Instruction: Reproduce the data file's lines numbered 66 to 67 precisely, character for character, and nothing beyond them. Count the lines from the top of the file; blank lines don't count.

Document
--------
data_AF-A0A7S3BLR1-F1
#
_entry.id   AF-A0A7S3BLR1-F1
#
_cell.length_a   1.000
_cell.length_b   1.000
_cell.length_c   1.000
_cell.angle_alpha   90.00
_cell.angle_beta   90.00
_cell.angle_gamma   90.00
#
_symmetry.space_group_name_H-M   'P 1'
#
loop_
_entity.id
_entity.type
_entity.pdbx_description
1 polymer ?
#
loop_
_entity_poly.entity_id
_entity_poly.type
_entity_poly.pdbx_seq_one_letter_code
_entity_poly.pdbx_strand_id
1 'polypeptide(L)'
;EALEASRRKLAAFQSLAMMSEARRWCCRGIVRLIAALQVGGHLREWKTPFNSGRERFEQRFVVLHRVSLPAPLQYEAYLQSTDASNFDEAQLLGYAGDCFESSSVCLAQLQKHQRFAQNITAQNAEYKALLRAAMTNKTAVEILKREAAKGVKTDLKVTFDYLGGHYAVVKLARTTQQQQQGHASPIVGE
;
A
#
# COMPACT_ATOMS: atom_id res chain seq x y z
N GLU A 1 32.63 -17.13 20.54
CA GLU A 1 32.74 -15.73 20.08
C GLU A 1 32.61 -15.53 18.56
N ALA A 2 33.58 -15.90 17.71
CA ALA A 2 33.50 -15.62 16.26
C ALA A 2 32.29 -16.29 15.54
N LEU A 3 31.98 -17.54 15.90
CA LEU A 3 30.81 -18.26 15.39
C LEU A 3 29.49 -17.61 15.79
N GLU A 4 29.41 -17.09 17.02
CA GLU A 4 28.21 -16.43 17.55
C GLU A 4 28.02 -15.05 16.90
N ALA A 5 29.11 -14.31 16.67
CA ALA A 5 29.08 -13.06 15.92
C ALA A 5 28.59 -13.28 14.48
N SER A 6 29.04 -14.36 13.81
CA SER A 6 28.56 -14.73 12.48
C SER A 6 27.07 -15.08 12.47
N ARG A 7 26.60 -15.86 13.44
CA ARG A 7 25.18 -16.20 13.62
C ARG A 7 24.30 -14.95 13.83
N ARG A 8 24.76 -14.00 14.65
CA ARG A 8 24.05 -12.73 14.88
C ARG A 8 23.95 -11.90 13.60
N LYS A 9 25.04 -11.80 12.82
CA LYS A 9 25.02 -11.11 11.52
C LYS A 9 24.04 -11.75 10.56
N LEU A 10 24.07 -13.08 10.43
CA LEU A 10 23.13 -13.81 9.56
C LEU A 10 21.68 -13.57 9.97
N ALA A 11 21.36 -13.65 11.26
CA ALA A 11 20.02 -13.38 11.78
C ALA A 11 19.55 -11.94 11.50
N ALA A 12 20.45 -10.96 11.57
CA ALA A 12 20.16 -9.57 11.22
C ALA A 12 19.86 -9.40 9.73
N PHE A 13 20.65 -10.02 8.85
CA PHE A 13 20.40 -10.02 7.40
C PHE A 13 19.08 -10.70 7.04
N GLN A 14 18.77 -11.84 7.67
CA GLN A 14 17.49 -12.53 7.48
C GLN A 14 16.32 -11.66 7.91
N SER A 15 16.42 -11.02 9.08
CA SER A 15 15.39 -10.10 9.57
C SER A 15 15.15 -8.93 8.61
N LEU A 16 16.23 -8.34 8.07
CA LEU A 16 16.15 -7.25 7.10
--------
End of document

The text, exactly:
C ALA A 12 19.86 -9.40 9.73
N PHE A 13 20.65 -10.02 8.85